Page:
The part we struggle with is the accountability piece.  Many of the skills our students obtain in our programs are hard to measure and certainly are not measured by the latest accountability tests.  When I completed my high school agricultural education program and FFA experience, I know that it had made a difference and my parents knew that it had made a difference.  As a high school agricultural education teacher, I knew that I was making a difference.  Now as a state leader, I can see the difference we are making in students in every program across the state.  I am just now sure how to measure the difference we are making.  Sometimes it doesn’t show until years after graduation, when students recognize that their agriculture teacher is the only teacher they remember and their lessons the only lessons they still use on a daily basis. Probably an exaggeration but still true.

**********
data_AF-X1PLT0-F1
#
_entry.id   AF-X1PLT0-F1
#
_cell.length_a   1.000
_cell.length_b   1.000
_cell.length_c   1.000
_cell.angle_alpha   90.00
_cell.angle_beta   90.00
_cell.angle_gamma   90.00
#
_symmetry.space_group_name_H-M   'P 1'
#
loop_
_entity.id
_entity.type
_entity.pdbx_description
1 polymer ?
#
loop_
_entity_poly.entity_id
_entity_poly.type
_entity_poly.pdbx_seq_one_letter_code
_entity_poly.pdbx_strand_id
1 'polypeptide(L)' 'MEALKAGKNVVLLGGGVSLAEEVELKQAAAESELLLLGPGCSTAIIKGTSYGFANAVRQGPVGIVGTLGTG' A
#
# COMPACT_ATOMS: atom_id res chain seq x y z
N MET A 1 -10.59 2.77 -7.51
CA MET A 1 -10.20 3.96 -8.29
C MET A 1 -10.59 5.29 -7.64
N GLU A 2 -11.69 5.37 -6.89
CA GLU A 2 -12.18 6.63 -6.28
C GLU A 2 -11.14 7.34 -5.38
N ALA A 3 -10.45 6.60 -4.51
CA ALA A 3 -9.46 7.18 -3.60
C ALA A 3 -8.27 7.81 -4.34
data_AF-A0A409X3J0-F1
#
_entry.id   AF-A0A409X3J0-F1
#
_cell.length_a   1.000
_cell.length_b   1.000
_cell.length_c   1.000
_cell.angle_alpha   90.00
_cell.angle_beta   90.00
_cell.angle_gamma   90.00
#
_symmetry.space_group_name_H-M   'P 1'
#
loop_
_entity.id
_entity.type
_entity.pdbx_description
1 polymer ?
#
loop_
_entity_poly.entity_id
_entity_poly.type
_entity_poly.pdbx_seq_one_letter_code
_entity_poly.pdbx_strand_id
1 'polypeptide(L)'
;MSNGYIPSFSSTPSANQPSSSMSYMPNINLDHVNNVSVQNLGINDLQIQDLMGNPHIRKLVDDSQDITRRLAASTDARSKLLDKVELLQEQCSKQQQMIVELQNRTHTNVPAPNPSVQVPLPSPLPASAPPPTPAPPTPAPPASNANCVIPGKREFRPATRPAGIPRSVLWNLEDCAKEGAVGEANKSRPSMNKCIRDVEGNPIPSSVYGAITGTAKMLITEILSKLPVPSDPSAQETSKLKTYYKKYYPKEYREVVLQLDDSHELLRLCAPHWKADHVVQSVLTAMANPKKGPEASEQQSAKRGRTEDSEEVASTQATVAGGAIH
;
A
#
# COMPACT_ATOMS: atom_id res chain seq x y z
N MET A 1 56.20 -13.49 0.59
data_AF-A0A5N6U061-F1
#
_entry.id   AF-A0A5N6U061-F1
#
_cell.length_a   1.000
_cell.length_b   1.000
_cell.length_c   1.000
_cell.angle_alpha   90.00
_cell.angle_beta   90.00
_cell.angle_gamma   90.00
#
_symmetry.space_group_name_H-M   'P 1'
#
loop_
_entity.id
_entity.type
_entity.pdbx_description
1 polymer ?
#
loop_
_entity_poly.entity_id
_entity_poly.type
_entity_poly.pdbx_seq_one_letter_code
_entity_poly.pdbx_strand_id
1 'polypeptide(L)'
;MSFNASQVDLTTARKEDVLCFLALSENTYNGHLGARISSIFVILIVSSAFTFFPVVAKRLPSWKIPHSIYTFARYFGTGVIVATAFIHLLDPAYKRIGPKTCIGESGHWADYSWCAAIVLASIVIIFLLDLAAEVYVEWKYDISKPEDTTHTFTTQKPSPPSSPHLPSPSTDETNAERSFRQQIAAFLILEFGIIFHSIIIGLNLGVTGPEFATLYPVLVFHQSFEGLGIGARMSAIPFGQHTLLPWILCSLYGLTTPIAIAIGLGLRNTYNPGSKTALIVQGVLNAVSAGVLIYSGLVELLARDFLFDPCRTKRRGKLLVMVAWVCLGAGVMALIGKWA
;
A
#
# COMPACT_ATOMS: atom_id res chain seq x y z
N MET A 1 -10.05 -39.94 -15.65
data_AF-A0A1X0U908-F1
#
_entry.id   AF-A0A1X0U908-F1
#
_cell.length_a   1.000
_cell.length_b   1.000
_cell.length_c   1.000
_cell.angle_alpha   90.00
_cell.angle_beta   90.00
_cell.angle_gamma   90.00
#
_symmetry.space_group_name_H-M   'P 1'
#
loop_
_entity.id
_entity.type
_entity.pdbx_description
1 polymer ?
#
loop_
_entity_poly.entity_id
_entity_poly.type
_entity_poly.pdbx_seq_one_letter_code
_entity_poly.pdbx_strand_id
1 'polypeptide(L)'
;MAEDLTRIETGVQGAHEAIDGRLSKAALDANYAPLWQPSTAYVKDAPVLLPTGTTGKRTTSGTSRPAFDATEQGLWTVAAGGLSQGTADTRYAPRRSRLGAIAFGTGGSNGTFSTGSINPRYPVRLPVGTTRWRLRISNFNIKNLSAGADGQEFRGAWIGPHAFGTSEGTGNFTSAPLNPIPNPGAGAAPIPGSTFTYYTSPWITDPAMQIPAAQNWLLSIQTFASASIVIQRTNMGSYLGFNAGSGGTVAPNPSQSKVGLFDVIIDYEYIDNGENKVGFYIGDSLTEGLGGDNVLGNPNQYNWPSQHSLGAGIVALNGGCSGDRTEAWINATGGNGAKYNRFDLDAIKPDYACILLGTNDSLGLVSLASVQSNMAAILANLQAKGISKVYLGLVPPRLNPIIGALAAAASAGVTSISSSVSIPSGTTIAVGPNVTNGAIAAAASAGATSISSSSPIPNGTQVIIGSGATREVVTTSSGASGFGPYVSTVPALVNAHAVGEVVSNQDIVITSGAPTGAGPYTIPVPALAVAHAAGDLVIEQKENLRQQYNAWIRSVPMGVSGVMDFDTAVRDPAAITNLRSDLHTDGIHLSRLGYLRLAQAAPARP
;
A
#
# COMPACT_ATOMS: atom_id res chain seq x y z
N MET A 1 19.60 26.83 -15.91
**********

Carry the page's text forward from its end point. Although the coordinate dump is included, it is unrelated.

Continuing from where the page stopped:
Elliot A: It won't unless we speak in terms that others understand—see figure 2.
 
Figure 2. Premier Educational Delivery System (Techniques, January 2007, pg. 45)

Delivery Efforts

Content

Application

Motivation

Career and Technical Education

Technical Instruction (classroom)

Experiential Development (Laboratory and work-based learning, including educational home visits

Personal and leadership development (intra-curricular) (CTE student organization)

Domains of Learning

Cognitive

Psychomotor

Affective

7-Habits of Highly Effective People, Stephen R. Covey

Knowledge

Skill

Desire

Center for Occupational Research & Development (CORD)

Academics

Skill Building, hands-on

Character building

National Governors’’ Association Educational Plan

Rigor

Relevance

Relationship

Academic Class

Content delivered

Not applicable usually

Not applicable usually